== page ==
14. I agree that the paths of rivers on the TA maps can sometimes get a little convoluted, particularly the Tarnwater et al in the Eastern Westerlands, as you note. In the case of the Shaanda River, TA p. 80 clearly states that it flows from Lake Beralka to the Sea of Mhorec. That's consistent with a few features of geography I try to keep in mind when deciphering these river directions: usually rivers flow from higher ground to lower ground, and from smaller bodies of water to larger ones. So, all the rivers shown with one end in mountains or hills can be presumed to flow from that end. Those rules suggest that Beralka has two outflows, one via the Shaanda River to Mhorec, the other the Ordring River, which merges with the Tarnwater and later the River Loskell, before finally emptying into the Sea of Storms. OTOH the Sea of Mhorec appears to drain only via the Larnaca River, into the Gulf of Velkara and thence the Khelvarian Ocean. Lake Kalkana in Mitharia does indeed look to empty via the Chatac River into the Jade Sea, and the long Dialoso River to the Uncharted Seas. I don't think there's any hard-and-fast rule about how many outflows a lake can have, though. I believe it depends on the local geography, the size of the lake and how much inflow it has. Mhorec, Beralka and Kalkana are all huge by modern standards, with multiple major rivers draining into them. By my measurements and research, the Sea of Mhorec has more than half the surface area of the Mediterranean Sea. Lake Beralka is comparable to the Caspian Sea, modern Earth's largest "lake." Lake Kalkana is more than twice the area of Earth's next-largest lake by area, Lake Superior; and is said to be notably deep. (BTW mad props to Steve Long for coming up with the dizzyingly vast array of names for places on these maps.)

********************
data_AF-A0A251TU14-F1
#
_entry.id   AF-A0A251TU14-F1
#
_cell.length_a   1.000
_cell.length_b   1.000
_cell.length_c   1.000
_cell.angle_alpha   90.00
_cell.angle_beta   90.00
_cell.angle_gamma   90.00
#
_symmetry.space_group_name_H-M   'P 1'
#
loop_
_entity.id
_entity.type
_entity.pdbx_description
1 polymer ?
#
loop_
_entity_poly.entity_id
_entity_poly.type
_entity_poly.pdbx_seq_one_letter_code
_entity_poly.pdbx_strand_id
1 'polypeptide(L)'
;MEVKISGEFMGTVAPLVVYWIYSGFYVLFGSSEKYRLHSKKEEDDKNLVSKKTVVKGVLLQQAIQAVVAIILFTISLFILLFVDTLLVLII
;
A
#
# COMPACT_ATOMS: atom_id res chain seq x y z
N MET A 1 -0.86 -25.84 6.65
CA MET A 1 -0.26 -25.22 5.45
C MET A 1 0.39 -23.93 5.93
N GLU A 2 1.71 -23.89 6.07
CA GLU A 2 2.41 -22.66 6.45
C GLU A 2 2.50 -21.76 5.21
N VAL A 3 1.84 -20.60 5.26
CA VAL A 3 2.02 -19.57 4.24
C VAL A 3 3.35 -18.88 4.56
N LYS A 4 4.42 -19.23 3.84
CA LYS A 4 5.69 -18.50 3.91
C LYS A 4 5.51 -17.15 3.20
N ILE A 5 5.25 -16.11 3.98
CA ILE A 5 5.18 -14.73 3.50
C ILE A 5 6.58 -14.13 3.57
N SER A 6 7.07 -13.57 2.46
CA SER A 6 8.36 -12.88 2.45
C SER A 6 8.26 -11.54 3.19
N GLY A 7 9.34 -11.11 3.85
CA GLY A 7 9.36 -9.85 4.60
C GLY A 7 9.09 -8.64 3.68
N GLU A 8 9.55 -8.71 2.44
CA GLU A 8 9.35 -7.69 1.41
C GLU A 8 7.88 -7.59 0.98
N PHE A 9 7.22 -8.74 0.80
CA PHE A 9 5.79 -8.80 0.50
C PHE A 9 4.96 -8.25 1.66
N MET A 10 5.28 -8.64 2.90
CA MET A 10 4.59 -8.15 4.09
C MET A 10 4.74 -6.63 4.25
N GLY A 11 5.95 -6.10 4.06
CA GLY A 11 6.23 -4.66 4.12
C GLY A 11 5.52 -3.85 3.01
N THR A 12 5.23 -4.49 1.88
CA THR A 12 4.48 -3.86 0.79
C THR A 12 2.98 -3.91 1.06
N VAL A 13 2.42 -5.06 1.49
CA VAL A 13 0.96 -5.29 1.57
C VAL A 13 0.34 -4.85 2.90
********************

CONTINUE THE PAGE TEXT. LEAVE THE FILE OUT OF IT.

15. Agreed, and I apologize if I gave the impression I was lumping all of them together. But speaking generally, I stand by my original assertion.
  16. It seems the only thing making these avowed gun-rights activists politically active is any perceived infringement on the Second Amendment. Boys, if you don't stand up for all other citizens' rights, by the time the government actually comes to take your guns away you'll already have lost everything worth fighting for.
  17. Hence why my reply to armory started by telling him he made a "Good point," and finished my reference to Venom (because the trailer cited it as well) with, "whatever you think of that it did make a pile of money." So, if you and I have split that hair sufficiently finely, what say we chalk it up to interpretation and move on?